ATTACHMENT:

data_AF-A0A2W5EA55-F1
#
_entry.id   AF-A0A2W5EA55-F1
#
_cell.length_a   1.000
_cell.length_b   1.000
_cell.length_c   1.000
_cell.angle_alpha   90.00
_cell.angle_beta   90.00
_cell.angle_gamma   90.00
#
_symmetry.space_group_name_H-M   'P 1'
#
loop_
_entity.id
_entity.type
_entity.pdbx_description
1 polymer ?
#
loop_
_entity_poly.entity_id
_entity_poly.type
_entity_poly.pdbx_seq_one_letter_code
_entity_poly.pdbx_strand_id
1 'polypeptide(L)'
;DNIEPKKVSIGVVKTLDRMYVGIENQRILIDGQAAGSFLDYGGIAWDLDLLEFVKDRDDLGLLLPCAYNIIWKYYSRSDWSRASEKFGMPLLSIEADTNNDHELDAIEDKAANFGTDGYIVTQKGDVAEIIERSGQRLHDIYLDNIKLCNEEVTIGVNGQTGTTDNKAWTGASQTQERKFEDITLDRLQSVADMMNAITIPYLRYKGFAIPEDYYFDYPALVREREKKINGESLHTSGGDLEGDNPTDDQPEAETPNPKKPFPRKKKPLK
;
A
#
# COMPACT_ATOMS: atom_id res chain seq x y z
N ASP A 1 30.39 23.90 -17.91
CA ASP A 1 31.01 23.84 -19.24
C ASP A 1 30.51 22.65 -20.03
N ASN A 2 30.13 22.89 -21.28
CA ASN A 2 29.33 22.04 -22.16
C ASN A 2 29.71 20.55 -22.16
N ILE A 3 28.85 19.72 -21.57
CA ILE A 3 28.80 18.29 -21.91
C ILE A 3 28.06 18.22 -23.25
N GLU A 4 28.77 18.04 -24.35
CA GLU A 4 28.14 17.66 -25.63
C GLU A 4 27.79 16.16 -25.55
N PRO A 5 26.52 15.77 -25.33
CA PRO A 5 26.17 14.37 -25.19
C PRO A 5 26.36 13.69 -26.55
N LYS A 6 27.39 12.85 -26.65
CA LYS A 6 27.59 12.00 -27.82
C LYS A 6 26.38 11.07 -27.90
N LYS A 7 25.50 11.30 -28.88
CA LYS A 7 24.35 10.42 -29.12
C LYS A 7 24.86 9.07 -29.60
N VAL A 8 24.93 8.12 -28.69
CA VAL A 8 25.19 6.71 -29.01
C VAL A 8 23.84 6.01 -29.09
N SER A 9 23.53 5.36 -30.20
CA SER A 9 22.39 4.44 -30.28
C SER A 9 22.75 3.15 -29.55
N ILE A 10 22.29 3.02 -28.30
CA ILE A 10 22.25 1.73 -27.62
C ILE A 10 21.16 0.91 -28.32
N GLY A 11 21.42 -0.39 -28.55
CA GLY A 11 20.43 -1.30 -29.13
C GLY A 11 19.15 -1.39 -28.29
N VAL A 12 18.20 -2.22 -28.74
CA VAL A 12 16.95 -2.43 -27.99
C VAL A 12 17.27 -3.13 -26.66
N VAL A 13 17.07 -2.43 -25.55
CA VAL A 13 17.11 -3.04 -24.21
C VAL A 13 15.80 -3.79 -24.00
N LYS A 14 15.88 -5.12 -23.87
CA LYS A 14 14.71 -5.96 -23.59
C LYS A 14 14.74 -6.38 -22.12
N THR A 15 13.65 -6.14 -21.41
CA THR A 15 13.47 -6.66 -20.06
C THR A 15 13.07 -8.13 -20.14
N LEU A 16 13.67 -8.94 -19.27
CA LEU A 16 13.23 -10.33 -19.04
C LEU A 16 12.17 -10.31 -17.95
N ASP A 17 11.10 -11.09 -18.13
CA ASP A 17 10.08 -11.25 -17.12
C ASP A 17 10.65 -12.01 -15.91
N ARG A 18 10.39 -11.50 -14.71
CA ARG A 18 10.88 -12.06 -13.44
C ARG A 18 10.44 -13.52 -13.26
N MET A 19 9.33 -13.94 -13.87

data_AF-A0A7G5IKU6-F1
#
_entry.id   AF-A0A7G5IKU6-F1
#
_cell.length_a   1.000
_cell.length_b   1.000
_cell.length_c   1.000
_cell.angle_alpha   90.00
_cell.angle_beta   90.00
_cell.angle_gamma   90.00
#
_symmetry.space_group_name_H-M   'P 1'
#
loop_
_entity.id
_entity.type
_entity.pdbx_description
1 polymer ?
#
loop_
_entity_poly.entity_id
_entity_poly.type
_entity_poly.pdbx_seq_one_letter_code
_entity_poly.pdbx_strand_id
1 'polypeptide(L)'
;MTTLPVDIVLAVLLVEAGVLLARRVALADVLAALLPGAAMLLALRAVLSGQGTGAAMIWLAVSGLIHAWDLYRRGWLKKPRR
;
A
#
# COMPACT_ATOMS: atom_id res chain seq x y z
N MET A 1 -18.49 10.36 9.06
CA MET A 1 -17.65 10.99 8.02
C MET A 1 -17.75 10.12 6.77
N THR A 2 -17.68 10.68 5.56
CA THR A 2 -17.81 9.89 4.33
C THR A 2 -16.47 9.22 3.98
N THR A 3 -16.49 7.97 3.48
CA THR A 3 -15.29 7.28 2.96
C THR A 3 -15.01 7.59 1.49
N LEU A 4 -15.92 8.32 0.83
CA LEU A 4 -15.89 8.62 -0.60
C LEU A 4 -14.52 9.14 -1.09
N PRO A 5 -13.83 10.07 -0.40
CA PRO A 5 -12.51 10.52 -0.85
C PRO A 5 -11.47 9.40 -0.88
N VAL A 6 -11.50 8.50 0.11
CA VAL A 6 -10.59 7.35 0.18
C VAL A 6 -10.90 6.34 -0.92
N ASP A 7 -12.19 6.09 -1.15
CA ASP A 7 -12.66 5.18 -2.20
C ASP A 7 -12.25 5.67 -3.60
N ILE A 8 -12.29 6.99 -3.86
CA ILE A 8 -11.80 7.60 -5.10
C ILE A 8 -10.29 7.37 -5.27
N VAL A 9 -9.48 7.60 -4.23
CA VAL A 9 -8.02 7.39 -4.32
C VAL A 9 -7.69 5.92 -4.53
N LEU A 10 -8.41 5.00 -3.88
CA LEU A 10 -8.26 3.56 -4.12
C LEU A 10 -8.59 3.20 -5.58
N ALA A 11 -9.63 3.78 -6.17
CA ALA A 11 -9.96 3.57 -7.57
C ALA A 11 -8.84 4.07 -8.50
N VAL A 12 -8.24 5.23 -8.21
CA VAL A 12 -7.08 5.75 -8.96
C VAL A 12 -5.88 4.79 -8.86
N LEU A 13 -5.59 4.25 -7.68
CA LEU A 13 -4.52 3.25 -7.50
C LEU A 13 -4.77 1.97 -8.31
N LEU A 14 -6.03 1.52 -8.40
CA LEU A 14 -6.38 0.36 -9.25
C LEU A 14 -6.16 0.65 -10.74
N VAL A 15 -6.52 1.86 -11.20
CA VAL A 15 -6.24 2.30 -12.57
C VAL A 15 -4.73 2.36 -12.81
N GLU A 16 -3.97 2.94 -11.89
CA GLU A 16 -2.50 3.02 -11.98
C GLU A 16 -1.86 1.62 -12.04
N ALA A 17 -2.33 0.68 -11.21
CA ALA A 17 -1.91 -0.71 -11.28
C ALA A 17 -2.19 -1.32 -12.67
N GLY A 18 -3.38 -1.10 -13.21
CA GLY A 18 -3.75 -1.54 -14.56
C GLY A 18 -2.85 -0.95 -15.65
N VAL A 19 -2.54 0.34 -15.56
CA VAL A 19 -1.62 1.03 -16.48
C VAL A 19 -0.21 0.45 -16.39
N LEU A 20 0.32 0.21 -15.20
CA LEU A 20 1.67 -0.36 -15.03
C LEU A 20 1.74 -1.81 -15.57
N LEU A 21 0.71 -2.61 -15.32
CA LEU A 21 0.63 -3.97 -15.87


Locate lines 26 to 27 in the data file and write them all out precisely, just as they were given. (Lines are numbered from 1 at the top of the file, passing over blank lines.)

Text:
;DNIEPKKVSIGVVKTLDRMYVGIENQRILIDGQAAGSFLDYGGIAWDLDLLEFVKDRDDLGLLLPCAYNIIWKYYSRSDWSRASEKFGMPLLSIEADTNNDHELDAIEDKAANFGTDGYIVTQKGDVAEIIERSGQRLHDIYLDNIKLCNEEVTIGVNGQTGTTDNKAWTGASQTQERKFEDITLDRLQSVADMMNAITIPYLRYKGFAIPEDYYFDYPALVREREKKINGESLHTSGGDLEGDNPTDDQPEAETPNPKKPFPRKKKPLK
;